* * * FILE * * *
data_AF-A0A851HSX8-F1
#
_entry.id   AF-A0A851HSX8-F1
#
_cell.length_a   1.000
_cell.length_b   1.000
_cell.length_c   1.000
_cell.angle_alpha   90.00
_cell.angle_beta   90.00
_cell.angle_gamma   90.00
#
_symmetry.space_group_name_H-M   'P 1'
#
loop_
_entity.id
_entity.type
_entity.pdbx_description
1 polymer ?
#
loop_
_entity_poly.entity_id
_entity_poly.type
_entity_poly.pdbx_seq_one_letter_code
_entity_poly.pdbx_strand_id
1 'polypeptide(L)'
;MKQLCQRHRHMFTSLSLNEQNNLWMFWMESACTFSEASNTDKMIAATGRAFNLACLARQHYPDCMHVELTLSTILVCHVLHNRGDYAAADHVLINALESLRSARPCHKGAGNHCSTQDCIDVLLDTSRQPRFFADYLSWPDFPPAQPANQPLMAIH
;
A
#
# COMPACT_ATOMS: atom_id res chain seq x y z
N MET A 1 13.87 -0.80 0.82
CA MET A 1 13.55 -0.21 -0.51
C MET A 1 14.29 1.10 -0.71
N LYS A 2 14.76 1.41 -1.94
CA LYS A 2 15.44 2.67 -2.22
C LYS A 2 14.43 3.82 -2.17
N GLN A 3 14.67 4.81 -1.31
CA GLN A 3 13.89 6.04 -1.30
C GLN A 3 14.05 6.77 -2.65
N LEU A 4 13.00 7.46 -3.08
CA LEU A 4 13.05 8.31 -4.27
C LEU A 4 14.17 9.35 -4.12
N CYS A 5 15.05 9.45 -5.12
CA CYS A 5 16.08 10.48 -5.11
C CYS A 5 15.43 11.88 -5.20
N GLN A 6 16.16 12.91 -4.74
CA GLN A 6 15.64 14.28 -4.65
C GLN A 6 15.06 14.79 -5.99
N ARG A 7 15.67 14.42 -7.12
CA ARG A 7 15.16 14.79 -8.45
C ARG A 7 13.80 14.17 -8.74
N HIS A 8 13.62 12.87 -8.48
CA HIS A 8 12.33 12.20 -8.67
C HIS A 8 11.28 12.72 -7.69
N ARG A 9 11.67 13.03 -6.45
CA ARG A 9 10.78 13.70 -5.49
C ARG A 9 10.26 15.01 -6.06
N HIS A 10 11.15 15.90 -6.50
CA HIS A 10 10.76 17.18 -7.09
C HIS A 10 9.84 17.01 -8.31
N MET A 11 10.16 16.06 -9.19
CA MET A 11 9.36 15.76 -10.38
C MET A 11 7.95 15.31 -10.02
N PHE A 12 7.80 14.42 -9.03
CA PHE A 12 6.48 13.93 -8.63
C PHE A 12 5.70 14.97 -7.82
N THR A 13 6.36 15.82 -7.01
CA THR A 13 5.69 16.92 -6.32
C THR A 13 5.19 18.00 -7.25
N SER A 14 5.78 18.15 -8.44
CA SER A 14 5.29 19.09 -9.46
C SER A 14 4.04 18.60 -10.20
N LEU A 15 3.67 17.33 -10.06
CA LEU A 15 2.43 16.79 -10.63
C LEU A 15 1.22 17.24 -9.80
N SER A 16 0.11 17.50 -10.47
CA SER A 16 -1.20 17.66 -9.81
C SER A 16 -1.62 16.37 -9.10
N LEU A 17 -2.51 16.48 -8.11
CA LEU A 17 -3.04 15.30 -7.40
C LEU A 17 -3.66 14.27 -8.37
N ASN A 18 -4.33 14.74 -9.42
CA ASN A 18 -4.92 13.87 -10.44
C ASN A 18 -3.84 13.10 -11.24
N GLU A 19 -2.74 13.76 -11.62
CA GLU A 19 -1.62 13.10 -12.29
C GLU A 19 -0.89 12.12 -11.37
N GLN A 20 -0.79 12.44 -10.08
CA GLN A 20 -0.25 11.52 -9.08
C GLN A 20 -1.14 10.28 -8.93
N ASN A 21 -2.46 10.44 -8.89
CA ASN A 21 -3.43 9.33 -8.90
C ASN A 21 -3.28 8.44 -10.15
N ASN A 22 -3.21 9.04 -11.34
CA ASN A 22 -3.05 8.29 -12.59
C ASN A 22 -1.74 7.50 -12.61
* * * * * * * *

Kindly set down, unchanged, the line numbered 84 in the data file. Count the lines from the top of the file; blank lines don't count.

C ASN A 18 -3.84 13.10 -11.24